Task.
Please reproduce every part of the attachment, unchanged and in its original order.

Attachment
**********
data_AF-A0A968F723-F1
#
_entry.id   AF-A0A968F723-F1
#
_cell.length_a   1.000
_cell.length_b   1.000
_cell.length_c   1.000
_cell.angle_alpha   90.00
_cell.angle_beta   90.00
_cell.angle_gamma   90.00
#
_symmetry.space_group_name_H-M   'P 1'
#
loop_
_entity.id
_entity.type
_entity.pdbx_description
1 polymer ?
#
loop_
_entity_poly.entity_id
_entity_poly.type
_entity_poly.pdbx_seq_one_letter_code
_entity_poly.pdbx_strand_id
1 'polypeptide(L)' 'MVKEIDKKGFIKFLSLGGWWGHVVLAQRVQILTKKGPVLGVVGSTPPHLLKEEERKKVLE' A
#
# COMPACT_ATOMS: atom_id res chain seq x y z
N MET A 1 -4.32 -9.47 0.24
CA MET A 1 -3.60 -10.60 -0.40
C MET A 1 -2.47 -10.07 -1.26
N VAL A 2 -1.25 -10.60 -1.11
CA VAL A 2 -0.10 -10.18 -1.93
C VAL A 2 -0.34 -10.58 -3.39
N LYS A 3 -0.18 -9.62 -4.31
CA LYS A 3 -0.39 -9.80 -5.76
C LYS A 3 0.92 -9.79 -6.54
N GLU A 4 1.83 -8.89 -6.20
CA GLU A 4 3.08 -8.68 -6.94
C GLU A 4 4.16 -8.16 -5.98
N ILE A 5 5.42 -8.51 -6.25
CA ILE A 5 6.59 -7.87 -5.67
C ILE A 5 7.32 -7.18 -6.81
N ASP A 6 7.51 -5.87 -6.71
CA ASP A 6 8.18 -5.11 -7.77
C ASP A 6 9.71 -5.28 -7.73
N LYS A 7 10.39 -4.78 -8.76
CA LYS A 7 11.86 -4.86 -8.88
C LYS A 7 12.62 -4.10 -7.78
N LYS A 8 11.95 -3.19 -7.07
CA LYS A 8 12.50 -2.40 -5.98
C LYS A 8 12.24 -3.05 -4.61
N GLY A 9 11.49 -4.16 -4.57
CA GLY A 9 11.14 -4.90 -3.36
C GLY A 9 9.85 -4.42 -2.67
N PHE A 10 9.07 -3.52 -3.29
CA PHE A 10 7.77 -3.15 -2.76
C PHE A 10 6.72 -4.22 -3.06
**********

data_AF-A0A968F723-F1
#
_entry.id   AF-A0A968F723-F1
#
_cell.length_a   1.000
_cell.length_b   1.000
_cell.length_c   1.000
_cell.angle_alpha   90.00
_cell.angle_beta   90.00
_cell.angle_gamma   90.00
#
_symmetry.space_group_name_H-M   'P 1'
#
loop_
_entity.id
_entity.type
_entity.pdbx_description
1 polymer ?
#
loop_
_entity_poly.entity_id
_entity_poly.type
_entity_poly.pdbx_seq_one_letter_code
_entity_poly.pdbx_strand_id
1 'polypeptide(L)' 'MVKEIDKKGFIKFLSLGGWWGHVVLAQRVQILTKKGPVLGVVGSTPPHLLKEEERKKVLE' A
#
# COMPACT_ATOMS: atom_id res chain seq x y z
N MET A 1 -4.32 -9.47 0.24
CA MET A 1 -3.60 -10.60 -0.40
C MET A 1 -2.47 -10.07 -1.26
N VAL A 2 -1.25 -10.60 -1.11
CA VAL A 2 -0.10 -10.18 -1.93
C VAL A 2 -0.34 -10.58 -3.39
N LYS A 3 -0.18 -9.62 -4.31
CA LYS A 3 -0.39 -9.80 -5.76
C LYS A 3 0.92 -9.79 -6.54
N GLU A 4 1.83 -8.89 -6.20
CA GLU A 4 3.08 -8.68 -6.94
C GLU A 4 4.16 -8.16 -5.98
N ILE A 5 5.42 -8.51 -6.25
CA ILE A 5 6.59 -7.87 -5.67
C ILE A 5 7.32 -7.18 -6.81
N ASP A 6 7.51 -5.87 -6.71
CA ASP A 6 8.18 -5.11 -7.77
C ASP A 6 9.71 -5.28 -7.73
N LYS A 7 10.39 -4.78 -8.76
CA LYS A 7 11.86 -4.86 -8.88
C LYS A 7 12.62 -4.10 -7.78
N LYS A 8 11.95 -3.19 -7.07
CA LYS A 8 12.50 -2.40 -5.98
C LYS A 8 12.24 -3.05 -4.61
N GLY A 9 11.49 -4.16 -4.57
CA GLY A 9 11.14 -4.90 -3.36
C GLY A 9 9.85 -4.42 -2.67
N PHE A 10 9.07 -3.52 -3.29
CA PHE A 10 7.77 -3.15 -2.76
C PHE A 10 6.72 -4.22 -3.06